Bullets legend in the fight of his life
Brisbane Bullets legend Robert Sibley is in the fight of his life.
The 53-year-old is battling cancer that started in his bladder and has spread to his kidney.
He has been undergoing intensive treatment since the tumour was discovered in November.
With all that he is facing, the father-of-three adult children is thankful for one small mercy.
"When I walked into the oncology department, I just thought that it is better that it's me and not my kids,'' Sibley said. "That's a big thing for me.
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"Mentally, I feel good. I feel pretty strong but this is the biggest thing I've had to face.''
A range of fundraising activities are being organised to help Sibley, who has been buoyed by the basketball and wider sporting community reaching out to him with support.
"The people that have got in touch with me … it's meant a lot," he said. "That bond, that brotherhood never leaves.''
Sibley - who was known as the "Baseline Bandit" - was part of the Brisbane side during the club's NBL glory days in the 1980s when the Bullets were the hottest ticket in town.
He made his debut for the Bullets in February 1984 as a 17-year-old and played in the grand final-winning teams in 1985 and 1987 alongside the likes of Leroy Loggins, Larry Sengstock and Ron Radliff.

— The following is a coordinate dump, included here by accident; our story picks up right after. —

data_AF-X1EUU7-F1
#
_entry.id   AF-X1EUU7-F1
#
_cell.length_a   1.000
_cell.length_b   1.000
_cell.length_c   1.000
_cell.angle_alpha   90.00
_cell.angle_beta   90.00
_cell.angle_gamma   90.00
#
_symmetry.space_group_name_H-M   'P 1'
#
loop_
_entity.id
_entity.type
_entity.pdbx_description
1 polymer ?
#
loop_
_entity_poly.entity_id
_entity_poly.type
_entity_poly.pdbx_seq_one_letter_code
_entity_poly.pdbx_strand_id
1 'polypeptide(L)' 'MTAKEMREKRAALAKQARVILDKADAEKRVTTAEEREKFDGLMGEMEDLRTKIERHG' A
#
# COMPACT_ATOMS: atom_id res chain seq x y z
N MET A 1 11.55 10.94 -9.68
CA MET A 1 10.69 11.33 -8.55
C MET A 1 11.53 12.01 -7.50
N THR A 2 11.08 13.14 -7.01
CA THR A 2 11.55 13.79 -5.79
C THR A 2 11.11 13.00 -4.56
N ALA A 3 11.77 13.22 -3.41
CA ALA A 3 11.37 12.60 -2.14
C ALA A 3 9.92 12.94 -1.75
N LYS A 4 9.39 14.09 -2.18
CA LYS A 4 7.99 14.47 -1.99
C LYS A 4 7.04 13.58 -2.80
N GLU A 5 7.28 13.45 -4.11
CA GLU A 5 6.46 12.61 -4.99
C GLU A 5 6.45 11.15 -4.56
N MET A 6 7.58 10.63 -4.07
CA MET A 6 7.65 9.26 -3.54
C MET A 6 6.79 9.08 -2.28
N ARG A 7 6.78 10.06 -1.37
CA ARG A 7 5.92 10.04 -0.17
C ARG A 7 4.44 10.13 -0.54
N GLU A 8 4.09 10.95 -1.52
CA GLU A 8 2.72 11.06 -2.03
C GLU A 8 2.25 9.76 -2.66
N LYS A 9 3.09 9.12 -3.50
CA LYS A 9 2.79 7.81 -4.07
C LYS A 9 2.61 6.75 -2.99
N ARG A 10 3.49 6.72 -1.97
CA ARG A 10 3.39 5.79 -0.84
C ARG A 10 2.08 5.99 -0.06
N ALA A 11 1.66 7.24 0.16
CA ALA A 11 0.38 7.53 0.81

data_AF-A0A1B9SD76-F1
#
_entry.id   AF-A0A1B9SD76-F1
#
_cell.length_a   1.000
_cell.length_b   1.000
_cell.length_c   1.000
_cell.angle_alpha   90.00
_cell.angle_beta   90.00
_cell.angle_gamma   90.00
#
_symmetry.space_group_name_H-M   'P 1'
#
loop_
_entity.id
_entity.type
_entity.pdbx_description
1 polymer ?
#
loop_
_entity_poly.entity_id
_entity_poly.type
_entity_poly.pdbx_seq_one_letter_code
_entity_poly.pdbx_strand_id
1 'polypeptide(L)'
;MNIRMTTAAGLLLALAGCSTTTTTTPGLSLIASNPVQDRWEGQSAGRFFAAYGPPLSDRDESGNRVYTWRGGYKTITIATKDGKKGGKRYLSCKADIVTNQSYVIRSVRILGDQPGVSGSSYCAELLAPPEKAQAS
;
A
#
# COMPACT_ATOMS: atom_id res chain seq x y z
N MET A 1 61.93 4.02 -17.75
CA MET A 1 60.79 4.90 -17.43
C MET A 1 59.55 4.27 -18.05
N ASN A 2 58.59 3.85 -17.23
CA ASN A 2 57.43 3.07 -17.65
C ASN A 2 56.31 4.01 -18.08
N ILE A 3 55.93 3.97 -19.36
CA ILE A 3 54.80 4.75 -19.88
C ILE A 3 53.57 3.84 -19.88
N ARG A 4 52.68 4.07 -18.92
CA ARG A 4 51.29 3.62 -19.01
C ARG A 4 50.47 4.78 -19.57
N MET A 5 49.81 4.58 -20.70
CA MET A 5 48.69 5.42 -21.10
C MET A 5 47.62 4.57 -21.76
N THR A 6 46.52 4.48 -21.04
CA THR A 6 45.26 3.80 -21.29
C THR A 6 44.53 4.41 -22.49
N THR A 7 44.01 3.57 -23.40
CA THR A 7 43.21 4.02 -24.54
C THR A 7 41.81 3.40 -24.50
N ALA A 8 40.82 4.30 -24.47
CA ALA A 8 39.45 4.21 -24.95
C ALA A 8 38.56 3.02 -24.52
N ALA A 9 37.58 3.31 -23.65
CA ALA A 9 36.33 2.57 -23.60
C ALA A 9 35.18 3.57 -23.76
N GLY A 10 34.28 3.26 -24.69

Sibley also spent two seasons at the Melbourne Tigers and played a vital role in the club's first title in 1993 alongside Andrew Gaze and Mark Bradtke and under mastercoach Lindsay Gaze.
He played in seven grand finals in an NBL career that spanned 371 games, including 305 with the Bullets to be the club's second-most capped player behind Loggins, who had 513 outings in Brisbane colours.
The power forward retired in 1997 but played five more games in 2003 when the club was in the midst of an injury crisis.
Sibley also served the club off-court as an operations manager and general manager.
Brisbane chief executive Peter McLennan said the Bullets would throw their support behind Sibley as he was an integral part of the club's rich history.
"Robert is certainly a club great when you consider all that he did for the Bullets in the 1980s and 1990s so the onus is on us to get behind him in his time of need,'' McLennan said.
"We'll work with him and drive whatever fundraising efforts are required.
"I've had conversations with the league and they want to know more about it as well so everyone is rallying around him as they should do.''